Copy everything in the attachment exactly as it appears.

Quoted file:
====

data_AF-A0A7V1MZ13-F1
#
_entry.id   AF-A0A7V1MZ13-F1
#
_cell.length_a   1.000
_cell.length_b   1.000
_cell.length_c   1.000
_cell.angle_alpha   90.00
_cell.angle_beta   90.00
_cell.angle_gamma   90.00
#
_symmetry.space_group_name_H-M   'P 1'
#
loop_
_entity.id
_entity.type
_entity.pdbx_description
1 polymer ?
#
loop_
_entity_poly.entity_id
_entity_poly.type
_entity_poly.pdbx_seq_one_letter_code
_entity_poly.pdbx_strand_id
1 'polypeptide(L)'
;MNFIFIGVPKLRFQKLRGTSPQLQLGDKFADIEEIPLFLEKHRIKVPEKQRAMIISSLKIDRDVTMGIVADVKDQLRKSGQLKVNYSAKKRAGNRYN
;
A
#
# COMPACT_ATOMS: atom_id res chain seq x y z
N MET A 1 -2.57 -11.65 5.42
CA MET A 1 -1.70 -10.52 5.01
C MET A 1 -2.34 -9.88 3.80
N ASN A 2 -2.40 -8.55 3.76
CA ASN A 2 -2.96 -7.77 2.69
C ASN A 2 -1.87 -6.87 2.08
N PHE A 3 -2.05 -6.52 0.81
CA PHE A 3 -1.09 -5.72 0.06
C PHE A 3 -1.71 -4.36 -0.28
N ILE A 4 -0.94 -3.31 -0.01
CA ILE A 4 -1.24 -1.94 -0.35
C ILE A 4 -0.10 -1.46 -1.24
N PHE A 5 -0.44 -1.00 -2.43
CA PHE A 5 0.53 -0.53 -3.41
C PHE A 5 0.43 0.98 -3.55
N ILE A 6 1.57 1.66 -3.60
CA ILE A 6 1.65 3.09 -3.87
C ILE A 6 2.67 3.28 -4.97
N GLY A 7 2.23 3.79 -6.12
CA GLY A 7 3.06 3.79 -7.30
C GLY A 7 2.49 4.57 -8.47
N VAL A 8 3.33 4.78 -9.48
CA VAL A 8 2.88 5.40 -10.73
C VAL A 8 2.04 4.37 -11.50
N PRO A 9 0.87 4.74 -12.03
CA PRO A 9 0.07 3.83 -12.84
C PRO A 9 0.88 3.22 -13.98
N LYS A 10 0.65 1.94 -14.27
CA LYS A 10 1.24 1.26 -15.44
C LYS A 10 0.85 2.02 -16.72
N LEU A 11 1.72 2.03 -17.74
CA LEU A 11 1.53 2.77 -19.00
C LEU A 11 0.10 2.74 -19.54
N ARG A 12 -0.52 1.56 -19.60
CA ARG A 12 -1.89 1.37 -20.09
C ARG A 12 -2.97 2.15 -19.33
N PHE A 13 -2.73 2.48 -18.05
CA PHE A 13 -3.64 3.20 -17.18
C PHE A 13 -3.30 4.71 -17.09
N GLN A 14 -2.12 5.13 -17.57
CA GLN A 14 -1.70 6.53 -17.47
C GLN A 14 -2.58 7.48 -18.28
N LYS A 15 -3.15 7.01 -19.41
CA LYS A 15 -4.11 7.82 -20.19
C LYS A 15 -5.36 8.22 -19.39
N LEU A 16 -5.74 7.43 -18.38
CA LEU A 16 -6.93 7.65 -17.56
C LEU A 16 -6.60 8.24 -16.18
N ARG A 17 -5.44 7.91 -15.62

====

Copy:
data_AF-A0A7V1MZ13-F1
#
_entry.id   AF-A0A7V1MZ13-F1
#
_cell.length_a   1.000
_cell.length_b   1.000
_cell.length_c   1.000
_cell.angle_alpha   90.00
_cell.angle_beta   90.00
_cell.angle_gamma   90.00
#
_symmetry.space_group_name_H-M   'P 1'
#
loop_
_entity.id
_entity.type
_entity.pdbx_description
1 polymer ?
#
loop_
_entity_poly.entity_id
_entity_poly.type
_entity_poly.pdbx_seq_one_letter_code
_entity_poly.pdbx_strand_id
1 'polypeptide(L)'
;MNFIFIGVPKLRFQKLRGTSPQLQLGDKFADIEEIPLFLEKHRIKVPEKQRAMIISSLKIDRDVTMGIVADVKDQLRKSGQLKVNYSAKKRAGNRYN
;
A
#
# COMPACT_ATOMS: atom_id res chain seq x y z
N MET A 1 -2.57 -11.65 5.42
CA MET A 1 -1.70 -10.52 5.01
C MET A 1 -2.34 -9.88 3.80
N ASN A 2 -2.40 -8.55 3.76
CA ASN A 2 -2.96 -7.77 2.69
C ASN A 2 -1.87 -6.87 2.08
N PHE A 3 -2.05 -6.52 0.81
CA PHE A 3 -1.09 -5.72 0.06
C PHE A 3 -1.71 -4.36 -0.28
N ILE A 4 -0.94 -3.31 -0.01
CA ILE A 4 -1.24 -1.94 -0.35
C ILE A 4 -0.10 -1.46 -1.24
N PHE A 5 -0.44 -1.00 -2.43
CA PHE A 5 0.53 -0.53 -3.41
C PHE A 5 0.43 0.98 -3.55
N ILE A 6 1.57 1.66 -3.60
CA ILE A 6 1.65 3.09 -3.87
C ILE A 6 2.67 3.28 -4.97
N GLY A 7 2.23 3.79 -6.12
CA GLY A 7 3.06 3.79 -7.30
C GLY A 7 2.49 4.57 -8.47
N VAL A 8 3.33 4.78 -9.48
CA VAL A 8 2.88 5.40 -10.73
C VAL A 8 2.04 4.37 -11.50
N PRO A 9 0.87 4.74 -12.03
CA PRO A 9 0.07 3.83 -12.84
C PRO A 9 0.88 3.22 -13.98
N LYS A 10 0.65 1.94 -14.27
CA LYS A 10 1.24 1.26 -15.44
C LYS A 10 0.85 2.02 -16.72
N LEU A 11 1.72 2.03 -17.74
CA LEU A 11 1.53 2.77 -19.00
C LEU A 11 0.10 2.74 -19.54
N ARG A 12 -0.52 1.56 -19.60
CA ARG A 12 -1.89 1.37 -20.09
C ARG A 12 -2.97 2.15 -19.33
N PHE A 13 -2.73 2.48 -18.05
CA PHE A 13 -3.64 3.20 -17.18
C PHE A 13 -3.30 4.71 -17.09
N GLN A 14 -2.12 5.13 -17.57
CA GLN A 14 -1.70 6.53 -17.47
C GLN A 14 -2.58 7.48 -18.28
N LYS A 15 -3.15 7.01 -19.41
CA LYS A 15 -4.11 7.82 -20.19
C LYS A 15 -5.36 8.22 -19.39
N LEU A 16 -5.74 7.43 -18.38
CA LEU A 16 -6.93 7.65 -17.56
C LEU A 16 -6.60 8.24 -16.18
N ARG A 17 -5.44 7.91 -15.62